A far greater threat, if not the threat, is Protestantism. While it is thought of by and large as a force for good in the world, if not the force for good in the world, its core logic is no whit different from Islam. Both are rooted in zero sum life value (not to be confused with life as zero sum game). The fallen creation is not merely weak by God’s metaphysical standards, it is utterly evil. If you can see it, feel it, smell it, taste it, or hear it—it is evil. The definition of faith is to believe that and nothing else, and a man’s highest calling is to set the masses free from placing value in this life. Protestant leaders are selfless souls in their own estimation, enduring the horrors of life for the sake of those who are in bondage to finding happiness here.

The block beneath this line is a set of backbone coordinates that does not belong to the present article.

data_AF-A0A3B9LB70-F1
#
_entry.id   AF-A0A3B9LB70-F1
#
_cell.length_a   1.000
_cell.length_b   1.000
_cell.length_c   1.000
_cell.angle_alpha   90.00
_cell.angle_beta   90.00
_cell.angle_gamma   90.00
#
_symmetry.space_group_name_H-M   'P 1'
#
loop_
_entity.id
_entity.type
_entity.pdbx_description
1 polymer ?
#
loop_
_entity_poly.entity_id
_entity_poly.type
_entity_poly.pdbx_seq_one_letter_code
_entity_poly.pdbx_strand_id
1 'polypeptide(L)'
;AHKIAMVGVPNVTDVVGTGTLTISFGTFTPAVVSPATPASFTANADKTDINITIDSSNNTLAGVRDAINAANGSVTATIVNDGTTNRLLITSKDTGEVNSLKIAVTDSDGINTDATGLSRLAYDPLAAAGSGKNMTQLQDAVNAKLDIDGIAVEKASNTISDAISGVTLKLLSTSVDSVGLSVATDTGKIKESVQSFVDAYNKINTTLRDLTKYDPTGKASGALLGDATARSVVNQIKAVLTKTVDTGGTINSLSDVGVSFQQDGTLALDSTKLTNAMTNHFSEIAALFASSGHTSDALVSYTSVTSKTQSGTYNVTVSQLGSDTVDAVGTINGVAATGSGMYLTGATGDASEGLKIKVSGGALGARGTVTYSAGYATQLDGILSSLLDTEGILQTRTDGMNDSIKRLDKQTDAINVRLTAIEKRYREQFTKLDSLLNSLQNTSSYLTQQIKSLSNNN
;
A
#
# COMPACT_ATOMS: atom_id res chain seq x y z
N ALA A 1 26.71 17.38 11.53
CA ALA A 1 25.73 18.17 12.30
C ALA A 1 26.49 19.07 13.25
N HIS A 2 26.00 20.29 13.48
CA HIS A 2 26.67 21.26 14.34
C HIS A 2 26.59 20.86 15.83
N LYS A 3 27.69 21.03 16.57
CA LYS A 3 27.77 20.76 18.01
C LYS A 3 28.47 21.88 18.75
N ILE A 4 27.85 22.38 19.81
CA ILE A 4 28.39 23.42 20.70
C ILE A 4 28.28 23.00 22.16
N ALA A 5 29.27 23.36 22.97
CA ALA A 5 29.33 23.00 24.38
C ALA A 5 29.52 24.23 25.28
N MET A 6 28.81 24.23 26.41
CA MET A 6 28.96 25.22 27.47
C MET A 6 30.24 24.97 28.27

What people think they believe and how they function are two different things. This is where the intelligence of Martin Luther and John Calvin were far superior to their Islamic kinsmen. The latter think it important for people to know why they function the way they do; that wasn’t important to Luther or Calvin at all. In fact, they didn’t think the average person has the ability to know that anyway. Islam is considered fringe because they openly proclaim zero sum life. In contrast, Protestants claim to uphold the “sanctity of life,” but the core value is Luther’s doctrine of death. Islam is always too hasty—Protestantism is patient in its endeavor to plunge the whole world into its identity of darkness and death.